Wednesday, 9 August 2017

Nigerian Music: We asked a mental health professional about making music and smoking marijuana


“Your favourite artists don’t need to get high before they make high quality music.”

For many years, Nigerian artists have been throwing weed into their music, and their lungs. It’s almost generally accepted that musicians have to smoke weed. While there are a couple who don’t and tell you that nobody should, many others scream about it in the music and capture their smoking moments on Instagram. For the culture.

There has never been many clear documented cases of artists expressly falling down and losing their lives to the use of marijuana. But Nigerian legend, Majek Fashek recently came out of rehab, after almost losing his life and career to alcohol and marijuana addiction. Pop singer Runtown in 2016 decided to stop smoking marijuana.

Still, despite the growing awareness of the side effects and health concerns related to the abuse of marijuana, many popular musicians continue to not only use it, but also love to showcase the practice on their social media.

A very popular photograph of many artists is one where they capture the smoking moment, with weed in the air. From Wizkid to Davido, Burna Boy and Phyno, there are photos on the internet which capture them smoking. Olamide’s album cover for “The Glory” album portrays a man about to light up his smoke.


“The truth about the immediate effect of marijuana use is that it improves your appreciation of music amongst other things,” explains Lagos based medical professional, Dr Ajayi, when I spoke to him via telephone. “This is one of the reasons why artists, musicians writers, most times indulge in the use of the substance.”

The use of marijuana is a sub-culture within the music industry, with songs written about it, and if you look closely at concerts and music spaces, you would find marijuana users all around, taking a puff, and enjoying the music. Dr. Ajayi, who studied Medicine and Surgery in Obafemi Awolowo University, and is currently a Senior Registrar at the Federal Neuro Psychiatric Hospital, Yaba, Lagos, is also a music writer for Olisa.TV. He has experience of the music industry. “It’s seems you can’t be a contemporary urban musician without using marijuana. They portray smoke in their music visuals, very thick smoke, that you would know that this is more than that of cigarettes. They also reference it in their music.”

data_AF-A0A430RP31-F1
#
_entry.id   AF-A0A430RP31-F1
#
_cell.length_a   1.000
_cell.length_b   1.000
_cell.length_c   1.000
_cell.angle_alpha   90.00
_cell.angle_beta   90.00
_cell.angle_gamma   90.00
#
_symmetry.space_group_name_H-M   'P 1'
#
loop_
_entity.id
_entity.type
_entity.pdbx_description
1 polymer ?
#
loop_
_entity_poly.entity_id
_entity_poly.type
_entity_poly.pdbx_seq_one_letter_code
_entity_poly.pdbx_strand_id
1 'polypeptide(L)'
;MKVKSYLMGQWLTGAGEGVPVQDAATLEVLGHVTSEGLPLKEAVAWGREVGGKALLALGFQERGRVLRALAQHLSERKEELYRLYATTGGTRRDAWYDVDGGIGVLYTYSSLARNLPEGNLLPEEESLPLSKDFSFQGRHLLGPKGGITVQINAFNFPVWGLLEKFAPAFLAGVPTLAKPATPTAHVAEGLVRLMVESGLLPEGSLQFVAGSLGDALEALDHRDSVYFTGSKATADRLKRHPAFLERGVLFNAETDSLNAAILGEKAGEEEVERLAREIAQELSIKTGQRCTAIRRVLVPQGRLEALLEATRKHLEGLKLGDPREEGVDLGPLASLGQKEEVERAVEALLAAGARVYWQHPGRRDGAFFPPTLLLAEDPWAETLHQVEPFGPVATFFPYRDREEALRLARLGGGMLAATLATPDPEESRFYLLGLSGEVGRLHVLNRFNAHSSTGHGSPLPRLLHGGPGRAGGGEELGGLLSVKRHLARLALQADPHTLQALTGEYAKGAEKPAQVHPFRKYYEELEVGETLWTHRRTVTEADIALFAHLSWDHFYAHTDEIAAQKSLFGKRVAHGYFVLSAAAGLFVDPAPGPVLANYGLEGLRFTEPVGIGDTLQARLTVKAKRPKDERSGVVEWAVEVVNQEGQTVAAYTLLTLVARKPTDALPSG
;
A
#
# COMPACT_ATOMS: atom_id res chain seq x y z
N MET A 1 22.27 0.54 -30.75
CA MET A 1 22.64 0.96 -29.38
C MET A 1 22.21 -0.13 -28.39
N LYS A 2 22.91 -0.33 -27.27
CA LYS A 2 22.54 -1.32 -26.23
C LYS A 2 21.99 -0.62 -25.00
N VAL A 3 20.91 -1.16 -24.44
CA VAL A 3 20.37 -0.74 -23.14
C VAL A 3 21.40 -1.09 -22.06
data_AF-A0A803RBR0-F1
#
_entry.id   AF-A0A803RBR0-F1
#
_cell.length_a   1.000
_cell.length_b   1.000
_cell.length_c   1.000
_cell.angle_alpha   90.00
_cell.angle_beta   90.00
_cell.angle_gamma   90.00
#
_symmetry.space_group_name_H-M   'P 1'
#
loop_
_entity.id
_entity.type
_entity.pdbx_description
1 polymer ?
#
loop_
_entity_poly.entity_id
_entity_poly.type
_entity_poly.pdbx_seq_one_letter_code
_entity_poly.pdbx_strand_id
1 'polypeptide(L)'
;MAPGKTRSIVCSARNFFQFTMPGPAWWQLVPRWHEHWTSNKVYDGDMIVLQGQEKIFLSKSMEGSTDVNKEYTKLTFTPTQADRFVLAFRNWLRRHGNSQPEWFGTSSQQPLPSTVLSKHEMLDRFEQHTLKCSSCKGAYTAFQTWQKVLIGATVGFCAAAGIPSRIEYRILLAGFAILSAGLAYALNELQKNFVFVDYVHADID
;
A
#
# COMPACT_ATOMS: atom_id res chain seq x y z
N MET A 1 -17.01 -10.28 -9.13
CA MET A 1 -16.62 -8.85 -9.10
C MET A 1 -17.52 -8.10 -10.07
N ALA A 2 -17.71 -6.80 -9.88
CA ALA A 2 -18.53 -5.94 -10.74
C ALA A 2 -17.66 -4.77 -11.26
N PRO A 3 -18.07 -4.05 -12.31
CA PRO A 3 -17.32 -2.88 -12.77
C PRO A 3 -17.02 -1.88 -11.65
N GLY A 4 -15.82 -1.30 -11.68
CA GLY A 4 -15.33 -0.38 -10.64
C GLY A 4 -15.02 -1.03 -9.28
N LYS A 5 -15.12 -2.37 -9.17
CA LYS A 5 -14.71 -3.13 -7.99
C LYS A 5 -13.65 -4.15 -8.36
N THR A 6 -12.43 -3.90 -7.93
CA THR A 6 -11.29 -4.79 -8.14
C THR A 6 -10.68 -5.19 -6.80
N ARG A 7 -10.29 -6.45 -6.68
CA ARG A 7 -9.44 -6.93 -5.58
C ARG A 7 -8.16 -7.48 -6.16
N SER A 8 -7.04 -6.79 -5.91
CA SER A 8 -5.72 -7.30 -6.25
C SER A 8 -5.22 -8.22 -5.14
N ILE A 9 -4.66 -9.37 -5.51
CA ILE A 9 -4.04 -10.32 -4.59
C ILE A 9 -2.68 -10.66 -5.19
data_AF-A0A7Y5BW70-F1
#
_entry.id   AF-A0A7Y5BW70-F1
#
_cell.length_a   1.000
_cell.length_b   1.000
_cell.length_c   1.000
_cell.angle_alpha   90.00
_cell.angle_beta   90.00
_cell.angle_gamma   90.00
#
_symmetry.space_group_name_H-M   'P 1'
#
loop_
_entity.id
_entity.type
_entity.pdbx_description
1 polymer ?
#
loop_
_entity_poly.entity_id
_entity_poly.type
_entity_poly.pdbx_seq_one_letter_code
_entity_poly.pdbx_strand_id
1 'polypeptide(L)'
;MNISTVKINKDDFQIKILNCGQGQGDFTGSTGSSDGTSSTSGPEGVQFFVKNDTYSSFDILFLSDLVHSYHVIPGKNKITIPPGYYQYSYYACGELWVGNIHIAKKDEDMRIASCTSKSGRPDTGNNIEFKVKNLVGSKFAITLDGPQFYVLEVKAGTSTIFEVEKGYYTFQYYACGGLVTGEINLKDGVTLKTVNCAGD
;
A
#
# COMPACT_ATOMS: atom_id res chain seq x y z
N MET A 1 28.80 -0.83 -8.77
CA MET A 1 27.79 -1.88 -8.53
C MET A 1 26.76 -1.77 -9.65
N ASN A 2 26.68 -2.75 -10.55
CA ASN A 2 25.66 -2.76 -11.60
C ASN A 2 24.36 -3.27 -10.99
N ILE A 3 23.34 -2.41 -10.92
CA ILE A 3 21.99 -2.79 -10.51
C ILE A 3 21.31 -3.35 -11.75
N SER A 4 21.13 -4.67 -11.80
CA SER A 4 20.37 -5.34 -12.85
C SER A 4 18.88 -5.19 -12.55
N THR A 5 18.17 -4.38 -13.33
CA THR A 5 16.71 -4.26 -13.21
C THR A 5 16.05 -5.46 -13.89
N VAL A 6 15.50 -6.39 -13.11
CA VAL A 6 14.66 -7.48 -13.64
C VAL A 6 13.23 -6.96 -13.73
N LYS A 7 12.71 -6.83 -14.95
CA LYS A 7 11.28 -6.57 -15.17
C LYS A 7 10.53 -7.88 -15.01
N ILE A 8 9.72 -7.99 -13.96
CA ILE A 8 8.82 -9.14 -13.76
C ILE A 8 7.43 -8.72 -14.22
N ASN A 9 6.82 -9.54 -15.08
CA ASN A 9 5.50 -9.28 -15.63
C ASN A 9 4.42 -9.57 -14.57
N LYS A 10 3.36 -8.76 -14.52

Marijuana is illegal in Nigeria. In November 2016, a Federal High Court in Lagos sentenced a 20-year-old newspaper vendor, Muyideen Olarenwaju, to one-year imprisonment for dealing on 1.9kg of marijuana. He was prosecuted by the National Drug Law Enforcement Agency (NDLEA).

In the music industry, the drug and its derivatives and multiple strains are seen as creative necessities, which aid the discovery of inspiration. A pop star, who spoke to Pulse on condition of anonymity for an earlier article, reveals that he and his friends cannot create music unless they are under the influence of weed. But Ajayi disagrees with that, stating that music can be created without marijuana.

“I say no. There are musicians who have never used marijuana and have still gone ahead to make good music, and showed consistency in their craft. The whole idea of people saying you must smoke Igbo (marijuana) to make good music is a myth.” Dr Ajayi says.


Many young artists fall for this in an industry where smoking is popular. Seeing their successful idols use marijuana, young creatives harbour the misconception that they need to tap into that level of enhanced creative state, to make music. But Dr Ajayi says there are physical and mental health implications of consuming marijuana.

“The relationship between marijuana and psychosis is well established,” Dr Ajayi says. “There’s also a huge relationship between the use of marijuana and schizophrenia, a severe mental illness, is established. Of course not everyone who smokes it will have schizophrenia, but it increases the chances”.

“Smoking marijauna also gives you all the problems of smoking cigarettes. The lack of a filter means that you would be exposed to a harsher smoke. Your respiratory system is affected, terrible coughs and respiratory tract infections. In the long term, you might also develop cancer.”

Despite all of this, many Nigerian musicians continue to use marijuana as a stimulant for creativity. And while the industry can promote it as a lifestyle and recording aid, it is totally unnecessary. Just ask Dr. Ajayi: “Artists don’t need to get high to create high quality music. It is dangerous and bad for your health.”

from - Nigeria's entertainment & lifestyle platform online

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